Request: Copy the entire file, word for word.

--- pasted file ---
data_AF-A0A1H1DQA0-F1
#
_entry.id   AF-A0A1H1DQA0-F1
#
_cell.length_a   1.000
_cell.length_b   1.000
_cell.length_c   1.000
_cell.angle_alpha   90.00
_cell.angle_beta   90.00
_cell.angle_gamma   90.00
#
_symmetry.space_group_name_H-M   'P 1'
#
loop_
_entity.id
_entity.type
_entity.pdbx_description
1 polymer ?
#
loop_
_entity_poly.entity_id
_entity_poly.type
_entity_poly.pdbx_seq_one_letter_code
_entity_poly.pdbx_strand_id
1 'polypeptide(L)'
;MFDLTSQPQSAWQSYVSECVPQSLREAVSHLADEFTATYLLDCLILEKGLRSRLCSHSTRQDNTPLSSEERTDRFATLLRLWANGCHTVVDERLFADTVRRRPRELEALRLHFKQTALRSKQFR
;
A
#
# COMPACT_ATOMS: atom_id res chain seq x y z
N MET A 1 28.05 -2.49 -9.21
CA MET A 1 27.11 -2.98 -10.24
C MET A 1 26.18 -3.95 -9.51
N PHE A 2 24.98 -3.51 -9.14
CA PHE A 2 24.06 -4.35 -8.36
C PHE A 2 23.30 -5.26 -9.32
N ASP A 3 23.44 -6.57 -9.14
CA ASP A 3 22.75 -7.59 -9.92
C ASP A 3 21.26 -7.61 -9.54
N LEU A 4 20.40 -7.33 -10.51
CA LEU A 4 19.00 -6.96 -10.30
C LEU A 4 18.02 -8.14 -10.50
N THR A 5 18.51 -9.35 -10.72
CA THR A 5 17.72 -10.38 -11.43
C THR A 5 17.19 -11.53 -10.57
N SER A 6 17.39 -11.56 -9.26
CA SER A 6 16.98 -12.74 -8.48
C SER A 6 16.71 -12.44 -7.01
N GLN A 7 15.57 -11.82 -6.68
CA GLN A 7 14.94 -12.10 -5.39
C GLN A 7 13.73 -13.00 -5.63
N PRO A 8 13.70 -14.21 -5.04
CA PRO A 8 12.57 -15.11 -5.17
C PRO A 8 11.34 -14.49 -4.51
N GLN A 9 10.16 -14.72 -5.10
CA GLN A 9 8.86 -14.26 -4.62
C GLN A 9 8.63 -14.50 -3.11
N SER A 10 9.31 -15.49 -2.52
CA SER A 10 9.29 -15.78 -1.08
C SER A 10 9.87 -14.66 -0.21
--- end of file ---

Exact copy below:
data_AF-A0A1H1DQA0-F1
#
_entry.id   AF-A0A1H1DQA0-F1
#
_cell.length_a   1.000
_cell.length_b   1.000
_cell.length_c   1.000
_cell.angle_alpha   90.00
_cell.angle_beta   90.00
_cell.angle_gamma   90.00
#
_symmetry.space_group_name_H-M   'P 1'
#
loop_
_entity.id
_entity.type
_entity.pdbx_description
1 polymer ?
#
loop_
_entity_poly.entity_id
_entity_poly.type
_entity_poly.pdbx_seq_one_letter_code
_entity_poly.pdbx_strand_id
1 'polypeptide(L)'
;MFDLTSQPQSAWQSYVSECVPQSLREAVSHLADEFTATYLLDCLILEKGLRSRLCSHSTRQDNTPLSSEERTDRFATLLRLWANGCHTVVDERLFADTVRRRPRELEALRLHFKQTALRSKQFR
;
A
#
# COMPACT_ATOMS: atom_id res chain seq x y z
N MET A 1 28.05 -2.49 -9.21
CA MET A 1 27.11 -2.98 -10.24
C MET A 1 26.18 -3.95 -9.51
N PHE A 2 24.98 -3.51 -9.14
CA PHE A 2 24.06 -4.35 -8.36
C PHE A 2 23.30 -5.26 -9.32
N ASP A 3 23.44 -6.57 -9.14
CA ASP A 3 22.75 -7.59 -9.92
C ASP A 3 21.26 -7.61 -9.54
N LEU A 4 20.40 -7.33 -10.51
CA LEU A 4 19.00 -6.96 -10.30
C LEU A 4 18.02 -8.14 -10.50
N THR A 5 18.51 -9.35 -10.72
CA THR A 5 17.72 -10.38 -11.43
C THR A 5 17.19 -11.53 -10.57
N SER A 6 17.39 -11.56 -9.26
CA SER A 6 16.98 -12.74 -8.48
C SER A 6 16.71 -12.44 -7.01
N GLN A 7 15.57 -11.82 -6.68
CA GLN A 7 14.94 -12.10 -5.39
C GLN A 7 13.73 -13.00 -5.63
N PRO A 8 13.70 -14.21 -5.04
CA PRO A 8 12.57 -15.11 -5.17
C PRO A 8 11.34 -14.49 -4.51
N GLN A 9 10.16 -14.72 -5.10
CA GLN A 9 8.86 -14.26 -4.62
C GLN A 9 8.63 -14.50 -3.11
N SER A 10 9.31 -15.49 -2.52
CA SER A 10 9.29 -15.78 -1.08
C SER A 10 9.87 -14.66 -0.21